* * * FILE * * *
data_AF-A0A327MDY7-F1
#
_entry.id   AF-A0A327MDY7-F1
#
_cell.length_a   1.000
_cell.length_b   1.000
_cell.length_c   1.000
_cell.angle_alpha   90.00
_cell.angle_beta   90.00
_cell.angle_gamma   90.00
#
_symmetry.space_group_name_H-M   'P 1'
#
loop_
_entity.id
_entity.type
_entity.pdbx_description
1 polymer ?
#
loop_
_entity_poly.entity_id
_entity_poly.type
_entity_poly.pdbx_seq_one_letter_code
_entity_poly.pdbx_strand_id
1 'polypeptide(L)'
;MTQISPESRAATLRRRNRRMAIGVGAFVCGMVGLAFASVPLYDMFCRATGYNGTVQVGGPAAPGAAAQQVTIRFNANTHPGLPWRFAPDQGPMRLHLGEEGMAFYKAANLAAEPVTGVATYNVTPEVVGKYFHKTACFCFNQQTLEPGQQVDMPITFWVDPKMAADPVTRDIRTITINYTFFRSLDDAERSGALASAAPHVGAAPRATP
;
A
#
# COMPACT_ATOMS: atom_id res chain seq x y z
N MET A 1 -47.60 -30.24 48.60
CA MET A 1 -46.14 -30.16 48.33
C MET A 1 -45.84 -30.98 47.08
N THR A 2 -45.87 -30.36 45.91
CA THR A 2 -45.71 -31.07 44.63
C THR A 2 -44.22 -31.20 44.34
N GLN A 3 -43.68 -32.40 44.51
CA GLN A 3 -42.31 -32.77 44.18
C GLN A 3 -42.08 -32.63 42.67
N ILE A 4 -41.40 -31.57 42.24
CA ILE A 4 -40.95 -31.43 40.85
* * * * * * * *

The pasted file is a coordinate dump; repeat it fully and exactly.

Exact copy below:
data_AF-A0A327MDY7-F1
#
_entry.id   AF-A0A327MDY7-F1
#
_cell.length_a   1.000
_cell.length_b   1.000
_cell.length_c   1.000
_cell.angle_alpha   90.00
_cell.angle_beta   90.00
_cell.angle_gamma   90.00
#
_symmetry.space_group_name_H-M   'P 1'
#
loop_
_entity.id
_entity.type
_entity.pdbx_description
1 polymer ?
#
loop_
_entity_poly.entity_id
_entity_poly.type
_entity_poly.pdbx_seq_one_letter_code
_entity_poly.pdbx_strand_id
1 'polypeptide(L)'
;MTQISPESRAATLRRRNRRMAIGVGAFVCGMVGLAFASVPLYDMFCRATGYNGTVQVGGPAAPGAAAQQVTIRFNANTHPGLPWRFAPDQGPMRLHLGEEGMAFYKAANLAAEPVTGVATYNVTPEVVGKYFHKTACFCFNQQTLEPGQQVDMPITFWVDPKMAADPVTRDIRTITINYTFFRSLDDAERSGALASAAPHVGAAPRATP
;
A
#
# COMPACT_ATOMS: atom_id res chain seq x y z
N MET A 1 -47.60 -30.24 48.60
CA MET A 1 -46.14 -30.16 48.33
C MET A 1 -45.84 -30.98 47.08
N THR A 2 -45.87 -30.36 45.91
CA THR A 2 -45.71 -31.07 44.63
C THR A 2 -44.22 -31.20 44.34
N GLN A 3 -43.68 -32.40 44.51
CA GLN A 3 -42.31 -32.77 44.18
C GLN A 3 -42.08 -32.63 42.67
N ILE A 4 -41.40 -31.57 42.24
CA ILE A 4 -40.95 -31.43 40.85